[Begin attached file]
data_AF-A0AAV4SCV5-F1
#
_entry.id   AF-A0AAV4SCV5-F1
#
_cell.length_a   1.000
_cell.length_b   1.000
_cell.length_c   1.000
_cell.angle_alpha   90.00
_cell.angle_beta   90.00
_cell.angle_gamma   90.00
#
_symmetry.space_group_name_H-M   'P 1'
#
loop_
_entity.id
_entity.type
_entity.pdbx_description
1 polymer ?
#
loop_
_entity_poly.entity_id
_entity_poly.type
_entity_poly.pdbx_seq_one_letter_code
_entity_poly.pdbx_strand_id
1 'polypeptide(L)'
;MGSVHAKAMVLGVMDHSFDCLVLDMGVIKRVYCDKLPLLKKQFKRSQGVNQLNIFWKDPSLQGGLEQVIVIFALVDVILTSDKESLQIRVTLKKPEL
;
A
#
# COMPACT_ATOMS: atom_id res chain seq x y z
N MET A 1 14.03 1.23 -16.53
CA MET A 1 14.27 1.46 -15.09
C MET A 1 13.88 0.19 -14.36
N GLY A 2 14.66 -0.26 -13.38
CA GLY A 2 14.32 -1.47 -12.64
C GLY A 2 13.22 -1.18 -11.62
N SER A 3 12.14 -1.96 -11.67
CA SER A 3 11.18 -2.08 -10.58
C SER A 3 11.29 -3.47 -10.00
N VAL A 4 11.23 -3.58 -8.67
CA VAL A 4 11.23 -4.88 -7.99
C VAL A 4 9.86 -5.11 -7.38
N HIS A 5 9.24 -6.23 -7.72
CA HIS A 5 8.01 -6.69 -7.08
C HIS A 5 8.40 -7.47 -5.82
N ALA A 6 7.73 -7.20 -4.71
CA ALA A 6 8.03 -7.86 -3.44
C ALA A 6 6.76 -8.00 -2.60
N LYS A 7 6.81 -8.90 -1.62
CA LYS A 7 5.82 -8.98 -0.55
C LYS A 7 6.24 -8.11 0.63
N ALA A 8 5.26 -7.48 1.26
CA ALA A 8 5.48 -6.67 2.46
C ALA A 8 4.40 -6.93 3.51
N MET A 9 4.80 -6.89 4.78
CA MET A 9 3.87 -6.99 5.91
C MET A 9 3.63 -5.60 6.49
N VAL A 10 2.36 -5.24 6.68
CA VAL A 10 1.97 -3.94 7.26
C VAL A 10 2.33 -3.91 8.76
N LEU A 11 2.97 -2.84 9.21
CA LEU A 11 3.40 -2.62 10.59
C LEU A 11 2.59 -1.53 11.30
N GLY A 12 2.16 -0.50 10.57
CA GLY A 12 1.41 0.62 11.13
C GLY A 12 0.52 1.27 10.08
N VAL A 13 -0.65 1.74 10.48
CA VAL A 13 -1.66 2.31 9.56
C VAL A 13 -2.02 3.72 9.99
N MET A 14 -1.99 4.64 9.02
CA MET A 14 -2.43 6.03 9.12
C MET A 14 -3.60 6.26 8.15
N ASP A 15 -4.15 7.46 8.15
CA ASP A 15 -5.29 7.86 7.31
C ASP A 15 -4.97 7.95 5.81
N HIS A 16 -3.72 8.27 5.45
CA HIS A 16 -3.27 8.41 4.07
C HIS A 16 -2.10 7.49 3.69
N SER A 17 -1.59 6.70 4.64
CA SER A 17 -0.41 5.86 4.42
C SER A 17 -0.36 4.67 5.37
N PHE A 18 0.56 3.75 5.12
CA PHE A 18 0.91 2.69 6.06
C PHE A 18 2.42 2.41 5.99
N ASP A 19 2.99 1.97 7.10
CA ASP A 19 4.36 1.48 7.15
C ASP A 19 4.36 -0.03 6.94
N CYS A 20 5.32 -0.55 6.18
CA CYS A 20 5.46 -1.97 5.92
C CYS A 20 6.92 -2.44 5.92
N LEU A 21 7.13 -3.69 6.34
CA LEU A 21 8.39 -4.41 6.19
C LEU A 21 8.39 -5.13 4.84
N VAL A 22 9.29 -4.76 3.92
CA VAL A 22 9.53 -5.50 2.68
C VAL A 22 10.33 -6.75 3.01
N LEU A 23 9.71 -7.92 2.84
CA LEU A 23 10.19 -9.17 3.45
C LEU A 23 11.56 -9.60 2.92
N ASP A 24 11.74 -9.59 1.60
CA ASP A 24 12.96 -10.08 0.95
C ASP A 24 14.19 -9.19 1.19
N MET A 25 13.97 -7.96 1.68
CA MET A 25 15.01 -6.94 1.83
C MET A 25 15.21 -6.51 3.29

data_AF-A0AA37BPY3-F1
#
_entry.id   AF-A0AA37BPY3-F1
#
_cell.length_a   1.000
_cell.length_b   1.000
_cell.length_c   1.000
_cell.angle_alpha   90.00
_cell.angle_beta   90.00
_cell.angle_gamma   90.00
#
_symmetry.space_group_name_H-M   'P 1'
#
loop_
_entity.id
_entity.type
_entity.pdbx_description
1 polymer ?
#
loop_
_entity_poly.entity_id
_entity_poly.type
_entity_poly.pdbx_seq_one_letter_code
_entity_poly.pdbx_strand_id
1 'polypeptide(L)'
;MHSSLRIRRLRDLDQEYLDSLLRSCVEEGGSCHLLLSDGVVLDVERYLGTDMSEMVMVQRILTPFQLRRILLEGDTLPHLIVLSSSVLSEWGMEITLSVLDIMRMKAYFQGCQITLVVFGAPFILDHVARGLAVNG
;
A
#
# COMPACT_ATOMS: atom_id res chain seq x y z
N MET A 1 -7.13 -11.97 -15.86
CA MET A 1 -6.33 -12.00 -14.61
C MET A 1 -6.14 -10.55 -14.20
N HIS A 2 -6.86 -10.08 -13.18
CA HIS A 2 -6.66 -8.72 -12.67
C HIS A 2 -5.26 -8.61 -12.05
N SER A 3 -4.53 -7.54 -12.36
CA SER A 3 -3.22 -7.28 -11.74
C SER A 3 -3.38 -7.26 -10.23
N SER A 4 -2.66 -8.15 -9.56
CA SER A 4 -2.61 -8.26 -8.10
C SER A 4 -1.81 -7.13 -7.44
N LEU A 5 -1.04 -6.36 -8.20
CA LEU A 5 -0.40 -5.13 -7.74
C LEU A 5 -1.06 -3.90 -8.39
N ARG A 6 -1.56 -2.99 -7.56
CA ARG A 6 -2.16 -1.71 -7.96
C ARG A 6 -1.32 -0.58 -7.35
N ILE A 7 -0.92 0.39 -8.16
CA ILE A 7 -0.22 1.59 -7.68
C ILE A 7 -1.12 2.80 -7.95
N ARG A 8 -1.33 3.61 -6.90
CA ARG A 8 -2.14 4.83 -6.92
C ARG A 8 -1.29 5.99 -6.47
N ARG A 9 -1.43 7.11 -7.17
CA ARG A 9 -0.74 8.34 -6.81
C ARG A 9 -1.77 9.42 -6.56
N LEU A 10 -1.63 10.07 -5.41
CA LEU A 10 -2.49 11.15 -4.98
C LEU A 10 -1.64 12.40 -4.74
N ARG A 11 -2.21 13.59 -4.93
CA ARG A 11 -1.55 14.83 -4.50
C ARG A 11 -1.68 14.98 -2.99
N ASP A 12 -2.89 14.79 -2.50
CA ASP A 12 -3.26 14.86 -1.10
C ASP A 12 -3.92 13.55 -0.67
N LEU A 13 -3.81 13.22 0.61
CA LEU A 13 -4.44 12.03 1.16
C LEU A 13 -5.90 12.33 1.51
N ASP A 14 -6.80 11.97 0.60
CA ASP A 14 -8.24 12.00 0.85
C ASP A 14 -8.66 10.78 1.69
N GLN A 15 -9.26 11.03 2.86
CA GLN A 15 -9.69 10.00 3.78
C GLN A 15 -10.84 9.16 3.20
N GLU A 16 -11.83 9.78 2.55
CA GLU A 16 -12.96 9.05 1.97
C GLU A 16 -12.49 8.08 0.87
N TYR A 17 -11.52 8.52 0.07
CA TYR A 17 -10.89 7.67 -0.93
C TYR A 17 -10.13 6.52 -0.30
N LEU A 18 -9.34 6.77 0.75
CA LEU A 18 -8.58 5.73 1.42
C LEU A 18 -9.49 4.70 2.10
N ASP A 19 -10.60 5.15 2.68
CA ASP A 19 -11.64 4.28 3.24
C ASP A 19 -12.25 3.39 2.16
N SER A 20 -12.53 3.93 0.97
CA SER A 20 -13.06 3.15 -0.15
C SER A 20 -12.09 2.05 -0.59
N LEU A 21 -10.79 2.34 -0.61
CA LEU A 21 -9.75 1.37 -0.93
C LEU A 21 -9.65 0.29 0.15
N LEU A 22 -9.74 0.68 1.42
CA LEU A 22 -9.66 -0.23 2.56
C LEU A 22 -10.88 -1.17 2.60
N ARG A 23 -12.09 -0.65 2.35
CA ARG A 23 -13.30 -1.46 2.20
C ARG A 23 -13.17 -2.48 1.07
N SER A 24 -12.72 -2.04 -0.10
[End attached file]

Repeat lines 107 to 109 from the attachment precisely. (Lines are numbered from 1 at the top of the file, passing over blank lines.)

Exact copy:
#
_entry.id   AF-A0AA37BPY3-F1
#